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Viet Nam: Land of the Smaller Dragon

October 24, 2018 Headline News No Comments Email Email

Looking on a map of today’s Viet Nam, the shape of the country looks like a bamboo pole carrying two baskets. In the east it is open to the South China Sea, while in the north and south the rice paddy lowlands and deltas of rivers are located, fortified in the west by the Annamite Cordillera and the borders to Laos and Cambodia. For more than 3,000 kilometers of a rugged coastline, Viet Nam is a country too beautiful to describe being the smaller dragon compared to neighboring China as the bigger dragon. Bordered in the far north by China and the scenic Hoang Lien Mountains, the northern Red River Delta is home to the Vietnamese, who were for more than 1,000 years the masters in the country. Only in 938, The Vietnamese threw off the yoke of the Chinese and started their march to the south by conquering the principalities of the sea-faring Cham in the central part of the country and reaching the Mekong Delta of the Khmer.

Actually, the diversity of its peoples, cultures and influences created a complex structure that makes Viet Nam a country today. Strategically located between China and India, Viet Nam was visited by European and Japanese traders and then fell under the spell of French missionaries, who developed the phonetic writing system and brought Catholicism. Under the Nguyen Dynasty (1802-1945) in Hue, struggling Viet Nam was united, but came under French colonial rule in 1862. From their colony Cochin China, the French grabbed Annam in the center and Tonkin in the north until 1883 to establish the Indochinese Union, including Cambodia andLaos in 1887. Nationalistic resistance followed and after World War II the Vietnamese regained independence under its revolutionary leader Ho Chi Minh, who still had to fight the French until 1954 and the American War until 1975. In the meantime, Ho Chi Minh had died in 1969.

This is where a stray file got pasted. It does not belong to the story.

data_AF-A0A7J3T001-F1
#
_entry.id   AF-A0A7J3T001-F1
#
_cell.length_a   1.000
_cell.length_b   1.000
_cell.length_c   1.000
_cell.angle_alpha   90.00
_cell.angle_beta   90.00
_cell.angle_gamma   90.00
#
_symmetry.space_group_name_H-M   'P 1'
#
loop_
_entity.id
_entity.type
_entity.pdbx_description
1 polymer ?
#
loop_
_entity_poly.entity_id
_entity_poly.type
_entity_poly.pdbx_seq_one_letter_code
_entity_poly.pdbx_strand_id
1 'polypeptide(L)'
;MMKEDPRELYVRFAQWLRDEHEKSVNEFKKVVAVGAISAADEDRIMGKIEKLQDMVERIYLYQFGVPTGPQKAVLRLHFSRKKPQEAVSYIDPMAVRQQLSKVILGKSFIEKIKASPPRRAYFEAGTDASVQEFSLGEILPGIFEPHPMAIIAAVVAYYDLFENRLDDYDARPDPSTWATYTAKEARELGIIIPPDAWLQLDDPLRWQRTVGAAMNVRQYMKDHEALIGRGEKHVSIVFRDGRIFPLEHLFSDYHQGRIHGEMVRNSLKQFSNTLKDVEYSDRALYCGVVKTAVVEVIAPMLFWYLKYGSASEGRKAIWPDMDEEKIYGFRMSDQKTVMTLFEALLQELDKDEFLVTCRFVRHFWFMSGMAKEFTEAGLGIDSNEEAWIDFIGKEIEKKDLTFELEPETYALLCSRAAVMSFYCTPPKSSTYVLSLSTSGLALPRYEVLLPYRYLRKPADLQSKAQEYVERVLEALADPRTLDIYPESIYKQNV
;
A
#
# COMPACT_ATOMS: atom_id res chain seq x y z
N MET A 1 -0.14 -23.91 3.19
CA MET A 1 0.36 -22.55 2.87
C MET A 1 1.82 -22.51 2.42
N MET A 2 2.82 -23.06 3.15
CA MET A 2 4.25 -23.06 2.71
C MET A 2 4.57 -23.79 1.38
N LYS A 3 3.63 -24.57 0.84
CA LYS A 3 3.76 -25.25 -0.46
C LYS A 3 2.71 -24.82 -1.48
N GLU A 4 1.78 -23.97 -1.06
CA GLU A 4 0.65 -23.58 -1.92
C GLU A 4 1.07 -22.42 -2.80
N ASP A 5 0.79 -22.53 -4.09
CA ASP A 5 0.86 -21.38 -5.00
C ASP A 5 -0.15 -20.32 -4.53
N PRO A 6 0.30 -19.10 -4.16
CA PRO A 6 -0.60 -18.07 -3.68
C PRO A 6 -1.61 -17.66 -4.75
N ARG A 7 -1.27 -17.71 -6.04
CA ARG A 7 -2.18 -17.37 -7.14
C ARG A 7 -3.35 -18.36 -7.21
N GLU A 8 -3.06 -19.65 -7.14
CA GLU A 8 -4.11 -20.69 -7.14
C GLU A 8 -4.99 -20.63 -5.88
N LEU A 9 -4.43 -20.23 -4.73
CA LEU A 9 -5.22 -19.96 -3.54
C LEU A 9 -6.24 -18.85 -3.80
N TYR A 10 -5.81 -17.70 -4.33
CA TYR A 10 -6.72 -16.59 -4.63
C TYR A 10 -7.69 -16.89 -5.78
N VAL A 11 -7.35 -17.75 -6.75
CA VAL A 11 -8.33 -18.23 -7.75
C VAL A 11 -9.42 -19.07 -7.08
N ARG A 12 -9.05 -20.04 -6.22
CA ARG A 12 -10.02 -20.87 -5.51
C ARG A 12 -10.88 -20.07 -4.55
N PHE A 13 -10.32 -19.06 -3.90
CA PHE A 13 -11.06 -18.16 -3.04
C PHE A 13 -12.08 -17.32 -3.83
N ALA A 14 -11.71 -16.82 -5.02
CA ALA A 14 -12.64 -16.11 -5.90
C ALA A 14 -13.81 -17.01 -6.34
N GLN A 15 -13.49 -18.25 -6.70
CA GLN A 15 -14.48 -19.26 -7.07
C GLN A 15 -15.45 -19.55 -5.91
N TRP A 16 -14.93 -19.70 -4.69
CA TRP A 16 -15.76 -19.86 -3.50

Though most Vietnamese seem to be Buddhist, their religion is a curious mix of animism, ancestor cult, Taoism and Confucianism. Mahayana Buddhism is predominant next to the other introduced religions of Hinduism, Islam, Catholicism, Protestantism, Caodaism and Hoa Hao. That is why religious festivals abound, while the New Year Festival or Tet is the most important and celebrated in the whole country.

Places to visit are the capital of Ha Noi with its Old Quarter, the port city Haiphong and Ha Long Bay in the north of the country. The imperial city of Hue, Da Nang with its Cham Museum and the sea side resort town of Nha Trang must be visited in the central part of the country, while apart from a mountainous hinterland Ho Chi Minh City or Saigon with Cholon and the provinces within the Mekong Delta are located in the south.

Recommended reading:

  1. Goodman, Jim (2015): Delta to Delta: The Vietnamese Move South. Ha Noi.
  2. Greene, Graham (1991): The Quiet American.Berlin.
  3. Lewis,Norman(1951): A Dragon Apparent: Travels in Cambodia, Laos & Vietnam. London.
  4. Taylor, K. W. (1983): The Birth ofVietnam.University of California Press, Berkeley.
  5. Woodside, Alexander B. (1971):Vietnamand the Chinese Model. Cambridge/Mass.

Written by : Reinhard Hohler

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